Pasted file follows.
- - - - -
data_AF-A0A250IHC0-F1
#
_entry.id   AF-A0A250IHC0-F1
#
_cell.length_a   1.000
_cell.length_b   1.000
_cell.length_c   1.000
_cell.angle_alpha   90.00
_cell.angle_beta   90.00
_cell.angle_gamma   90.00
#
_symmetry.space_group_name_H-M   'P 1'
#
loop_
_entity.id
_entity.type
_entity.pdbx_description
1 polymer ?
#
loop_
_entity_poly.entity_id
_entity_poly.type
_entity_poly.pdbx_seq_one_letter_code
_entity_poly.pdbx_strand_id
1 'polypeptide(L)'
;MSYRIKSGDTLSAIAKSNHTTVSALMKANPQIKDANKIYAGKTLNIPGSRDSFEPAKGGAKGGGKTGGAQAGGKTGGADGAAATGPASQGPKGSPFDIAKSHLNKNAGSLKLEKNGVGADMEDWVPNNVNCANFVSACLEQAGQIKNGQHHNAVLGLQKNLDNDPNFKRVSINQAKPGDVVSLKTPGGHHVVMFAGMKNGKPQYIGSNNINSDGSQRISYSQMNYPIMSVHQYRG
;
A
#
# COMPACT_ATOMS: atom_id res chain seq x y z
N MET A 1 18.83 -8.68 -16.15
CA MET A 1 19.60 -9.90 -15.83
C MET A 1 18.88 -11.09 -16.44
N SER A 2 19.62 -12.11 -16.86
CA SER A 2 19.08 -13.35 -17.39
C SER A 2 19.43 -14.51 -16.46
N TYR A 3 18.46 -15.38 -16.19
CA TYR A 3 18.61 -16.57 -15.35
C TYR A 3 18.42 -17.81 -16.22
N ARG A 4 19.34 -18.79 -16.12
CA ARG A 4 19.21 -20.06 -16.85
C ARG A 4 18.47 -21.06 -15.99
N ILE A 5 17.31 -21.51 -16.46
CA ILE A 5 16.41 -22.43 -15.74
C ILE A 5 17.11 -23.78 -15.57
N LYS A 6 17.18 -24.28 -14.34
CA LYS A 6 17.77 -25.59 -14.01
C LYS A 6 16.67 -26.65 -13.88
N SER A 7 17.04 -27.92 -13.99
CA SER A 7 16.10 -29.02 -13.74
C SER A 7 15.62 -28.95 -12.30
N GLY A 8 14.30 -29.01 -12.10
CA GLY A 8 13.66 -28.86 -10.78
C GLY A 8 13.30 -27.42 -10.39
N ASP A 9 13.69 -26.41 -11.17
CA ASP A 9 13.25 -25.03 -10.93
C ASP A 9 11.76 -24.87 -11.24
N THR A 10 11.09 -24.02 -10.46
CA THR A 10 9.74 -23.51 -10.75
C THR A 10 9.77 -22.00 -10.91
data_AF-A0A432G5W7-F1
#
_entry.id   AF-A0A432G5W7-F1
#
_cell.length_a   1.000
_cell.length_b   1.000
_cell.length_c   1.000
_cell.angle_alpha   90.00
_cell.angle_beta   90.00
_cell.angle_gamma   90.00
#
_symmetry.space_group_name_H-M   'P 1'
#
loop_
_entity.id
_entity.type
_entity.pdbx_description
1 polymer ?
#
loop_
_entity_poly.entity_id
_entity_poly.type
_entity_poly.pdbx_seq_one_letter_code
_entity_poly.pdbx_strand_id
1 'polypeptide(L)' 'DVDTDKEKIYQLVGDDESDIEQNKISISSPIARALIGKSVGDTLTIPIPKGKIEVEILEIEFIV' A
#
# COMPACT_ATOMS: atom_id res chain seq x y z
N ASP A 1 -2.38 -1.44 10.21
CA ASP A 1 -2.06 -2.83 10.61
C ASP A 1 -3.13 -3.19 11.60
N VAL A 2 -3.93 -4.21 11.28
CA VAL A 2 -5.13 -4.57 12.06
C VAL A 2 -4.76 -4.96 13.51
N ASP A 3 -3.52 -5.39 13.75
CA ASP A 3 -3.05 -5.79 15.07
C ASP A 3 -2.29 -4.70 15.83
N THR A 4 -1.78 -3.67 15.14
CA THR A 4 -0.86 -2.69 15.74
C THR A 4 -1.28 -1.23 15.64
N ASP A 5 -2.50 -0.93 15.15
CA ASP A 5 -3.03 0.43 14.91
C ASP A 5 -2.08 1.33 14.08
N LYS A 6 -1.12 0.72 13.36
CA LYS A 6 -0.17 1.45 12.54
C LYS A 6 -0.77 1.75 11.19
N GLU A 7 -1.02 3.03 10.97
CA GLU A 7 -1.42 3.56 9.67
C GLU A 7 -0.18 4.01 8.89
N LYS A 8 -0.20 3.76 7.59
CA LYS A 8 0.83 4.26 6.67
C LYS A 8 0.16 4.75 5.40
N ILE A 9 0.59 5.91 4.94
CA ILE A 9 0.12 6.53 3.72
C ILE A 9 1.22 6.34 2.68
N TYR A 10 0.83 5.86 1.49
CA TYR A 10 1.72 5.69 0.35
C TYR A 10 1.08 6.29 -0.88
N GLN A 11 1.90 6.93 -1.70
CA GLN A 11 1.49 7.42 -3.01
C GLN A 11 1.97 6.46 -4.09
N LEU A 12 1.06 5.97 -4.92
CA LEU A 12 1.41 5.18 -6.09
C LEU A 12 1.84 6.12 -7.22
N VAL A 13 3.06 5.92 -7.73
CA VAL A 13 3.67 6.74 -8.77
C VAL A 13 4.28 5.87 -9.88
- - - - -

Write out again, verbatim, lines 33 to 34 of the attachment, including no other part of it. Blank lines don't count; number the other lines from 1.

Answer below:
C MET A 1 18.88 -11.09 -16.44
N SER A 2 19.62 -12.11 -16.86